Early Neurobehavioral Characterization of the CD Mouse Model of Williams–Beuren Syndrome
Cells. 2023-01-21; 12(3): 391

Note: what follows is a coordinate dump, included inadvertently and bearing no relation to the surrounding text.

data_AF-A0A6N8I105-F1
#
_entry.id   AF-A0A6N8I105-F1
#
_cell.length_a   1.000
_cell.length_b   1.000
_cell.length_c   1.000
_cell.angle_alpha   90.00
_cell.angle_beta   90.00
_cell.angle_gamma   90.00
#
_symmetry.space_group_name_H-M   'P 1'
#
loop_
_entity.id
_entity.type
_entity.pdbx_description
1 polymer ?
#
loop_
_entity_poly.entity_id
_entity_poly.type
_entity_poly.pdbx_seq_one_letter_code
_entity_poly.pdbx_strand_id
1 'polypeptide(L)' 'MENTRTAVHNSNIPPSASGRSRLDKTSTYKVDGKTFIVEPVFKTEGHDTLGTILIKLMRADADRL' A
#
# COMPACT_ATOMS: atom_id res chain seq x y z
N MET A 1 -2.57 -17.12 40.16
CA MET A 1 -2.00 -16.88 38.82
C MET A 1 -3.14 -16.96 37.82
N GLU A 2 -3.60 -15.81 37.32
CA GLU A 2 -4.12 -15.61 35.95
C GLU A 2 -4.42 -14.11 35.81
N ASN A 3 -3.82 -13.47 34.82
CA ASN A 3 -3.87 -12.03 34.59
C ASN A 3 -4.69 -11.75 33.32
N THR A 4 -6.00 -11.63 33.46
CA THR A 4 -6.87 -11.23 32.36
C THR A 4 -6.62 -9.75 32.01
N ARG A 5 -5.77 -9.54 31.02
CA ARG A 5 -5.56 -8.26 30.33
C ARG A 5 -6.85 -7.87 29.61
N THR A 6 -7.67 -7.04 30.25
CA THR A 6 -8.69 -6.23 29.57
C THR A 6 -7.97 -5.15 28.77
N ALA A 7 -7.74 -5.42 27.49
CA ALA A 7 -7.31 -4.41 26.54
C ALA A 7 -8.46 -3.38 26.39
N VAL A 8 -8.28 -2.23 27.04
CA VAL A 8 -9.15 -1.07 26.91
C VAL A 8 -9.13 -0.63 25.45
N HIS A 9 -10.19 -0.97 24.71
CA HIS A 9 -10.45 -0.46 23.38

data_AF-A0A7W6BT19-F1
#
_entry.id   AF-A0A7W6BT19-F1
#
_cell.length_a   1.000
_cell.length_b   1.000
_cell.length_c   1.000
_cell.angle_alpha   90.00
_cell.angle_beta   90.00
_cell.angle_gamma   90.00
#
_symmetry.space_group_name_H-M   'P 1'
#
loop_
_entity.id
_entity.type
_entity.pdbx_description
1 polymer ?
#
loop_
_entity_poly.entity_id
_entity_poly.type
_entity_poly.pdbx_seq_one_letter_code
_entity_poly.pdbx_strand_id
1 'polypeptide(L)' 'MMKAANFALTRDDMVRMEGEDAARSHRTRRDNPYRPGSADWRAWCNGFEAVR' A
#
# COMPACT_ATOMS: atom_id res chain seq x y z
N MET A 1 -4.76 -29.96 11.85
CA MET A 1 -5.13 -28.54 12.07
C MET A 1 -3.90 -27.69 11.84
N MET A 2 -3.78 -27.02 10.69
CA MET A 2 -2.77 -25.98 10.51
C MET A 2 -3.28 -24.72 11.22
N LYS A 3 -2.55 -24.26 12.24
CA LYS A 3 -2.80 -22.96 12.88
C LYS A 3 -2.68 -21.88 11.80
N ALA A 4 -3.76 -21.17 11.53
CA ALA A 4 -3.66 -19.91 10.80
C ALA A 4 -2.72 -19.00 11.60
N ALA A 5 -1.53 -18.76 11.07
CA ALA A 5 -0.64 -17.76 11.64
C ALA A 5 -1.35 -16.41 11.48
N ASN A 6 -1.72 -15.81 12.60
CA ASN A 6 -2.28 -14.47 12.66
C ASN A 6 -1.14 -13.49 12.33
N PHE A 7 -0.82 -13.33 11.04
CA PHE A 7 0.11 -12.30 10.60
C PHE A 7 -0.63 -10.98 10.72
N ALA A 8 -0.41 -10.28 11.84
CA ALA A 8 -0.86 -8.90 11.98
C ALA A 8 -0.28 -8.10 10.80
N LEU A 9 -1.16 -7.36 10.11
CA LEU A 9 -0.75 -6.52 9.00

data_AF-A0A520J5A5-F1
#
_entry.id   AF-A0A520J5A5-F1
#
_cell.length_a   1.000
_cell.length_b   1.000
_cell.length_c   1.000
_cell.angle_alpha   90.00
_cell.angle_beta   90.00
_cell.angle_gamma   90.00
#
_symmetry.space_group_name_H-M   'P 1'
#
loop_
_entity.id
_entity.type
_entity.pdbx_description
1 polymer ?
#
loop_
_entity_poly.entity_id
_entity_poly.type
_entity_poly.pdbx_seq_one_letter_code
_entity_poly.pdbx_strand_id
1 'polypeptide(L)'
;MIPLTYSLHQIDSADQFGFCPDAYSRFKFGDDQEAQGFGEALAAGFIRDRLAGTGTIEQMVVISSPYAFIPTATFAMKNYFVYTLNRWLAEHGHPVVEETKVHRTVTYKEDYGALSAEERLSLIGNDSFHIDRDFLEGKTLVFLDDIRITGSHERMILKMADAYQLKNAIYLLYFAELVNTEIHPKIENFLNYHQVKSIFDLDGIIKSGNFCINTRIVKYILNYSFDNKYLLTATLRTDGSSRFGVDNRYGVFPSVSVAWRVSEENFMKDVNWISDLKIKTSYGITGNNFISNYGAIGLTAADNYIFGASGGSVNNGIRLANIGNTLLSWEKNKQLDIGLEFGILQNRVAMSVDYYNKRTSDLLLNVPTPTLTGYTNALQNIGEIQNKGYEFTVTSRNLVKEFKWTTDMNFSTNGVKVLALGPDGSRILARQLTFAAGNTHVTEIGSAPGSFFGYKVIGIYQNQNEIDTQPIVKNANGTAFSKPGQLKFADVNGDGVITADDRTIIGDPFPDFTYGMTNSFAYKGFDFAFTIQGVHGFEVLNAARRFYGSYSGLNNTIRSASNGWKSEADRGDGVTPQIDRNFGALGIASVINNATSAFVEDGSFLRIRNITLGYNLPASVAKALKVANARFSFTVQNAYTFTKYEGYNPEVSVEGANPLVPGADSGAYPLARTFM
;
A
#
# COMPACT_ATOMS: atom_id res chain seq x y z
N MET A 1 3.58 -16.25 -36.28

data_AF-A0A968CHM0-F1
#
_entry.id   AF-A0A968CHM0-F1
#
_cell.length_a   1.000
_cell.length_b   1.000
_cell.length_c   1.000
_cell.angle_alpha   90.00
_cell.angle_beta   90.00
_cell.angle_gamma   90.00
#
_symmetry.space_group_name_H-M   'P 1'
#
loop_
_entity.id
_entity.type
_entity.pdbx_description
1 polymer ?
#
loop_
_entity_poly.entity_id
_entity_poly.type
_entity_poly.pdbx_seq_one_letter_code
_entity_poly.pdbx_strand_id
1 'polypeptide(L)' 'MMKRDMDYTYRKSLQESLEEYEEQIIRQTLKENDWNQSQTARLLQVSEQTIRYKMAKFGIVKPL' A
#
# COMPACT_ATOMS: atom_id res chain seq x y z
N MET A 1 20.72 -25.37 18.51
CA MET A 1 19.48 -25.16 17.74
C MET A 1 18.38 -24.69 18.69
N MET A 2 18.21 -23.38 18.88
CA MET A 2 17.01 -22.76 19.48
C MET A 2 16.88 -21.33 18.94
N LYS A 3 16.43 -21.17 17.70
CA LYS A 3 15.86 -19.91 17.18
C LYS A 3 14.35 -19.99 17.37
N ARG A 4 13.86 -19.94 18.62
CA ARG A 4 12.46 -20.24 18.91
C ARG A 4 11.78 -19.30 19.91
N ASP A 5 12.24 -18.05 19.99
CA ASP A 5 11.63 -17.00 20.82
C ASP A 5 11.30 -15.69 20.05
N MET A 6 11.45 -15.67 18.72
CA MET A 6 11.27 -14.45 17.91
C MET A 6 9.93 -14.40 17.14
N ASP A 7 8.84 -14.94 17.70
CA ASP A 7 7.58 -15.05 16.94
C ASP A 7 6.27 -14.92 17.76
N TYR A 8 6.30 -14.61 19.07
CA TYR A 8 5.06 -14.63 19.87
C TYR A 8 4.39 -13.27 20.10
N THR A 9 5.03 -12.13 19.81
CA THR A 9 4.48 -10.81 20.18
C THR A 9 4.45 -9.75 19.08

Williams–Beuren syndrome (WBS) is a neurodevelopmental disorder caused by a chromosomic microdeletion (7q11.23). WBS has been modeled by a mouse line having a complete deletion (CD) of the equivalent mouse locus. This model has been largely used to investigate the etiopathological mechanisms of WBS, although pharmacological therapies have not been identified yet. Surprisingly, CD mice were so far mainly tested in adulthood, despite the developmental nature of WBS and the critical relevance of early timing for potential treatments. Here we provide for the first time a phenotypic characterization of CD mice of both sexes during infancy and adolescence, i.e., between birth and 7 weeks of age. CD pups of both sexes showed reduced body growth, delayed sensory development, and altered patterns of ultrasonic vocalizations and exploratory behaviors. Adolescent CD mice showed reduced locomotion and acoustic startle response, and altered social interaction and communication, the latter being more pronounced in female mice. Juvenile CD mutants of both sexes also displayed reduced brain weight, cortical and hippocampal dendritic length, and spine density. Our findings highlight the critical relevance of early neurobehavioral alterations as biomarkers of WBS pathology, underlying the importance of adolescence for identifying novel therapeutic targets for this neurological disorder.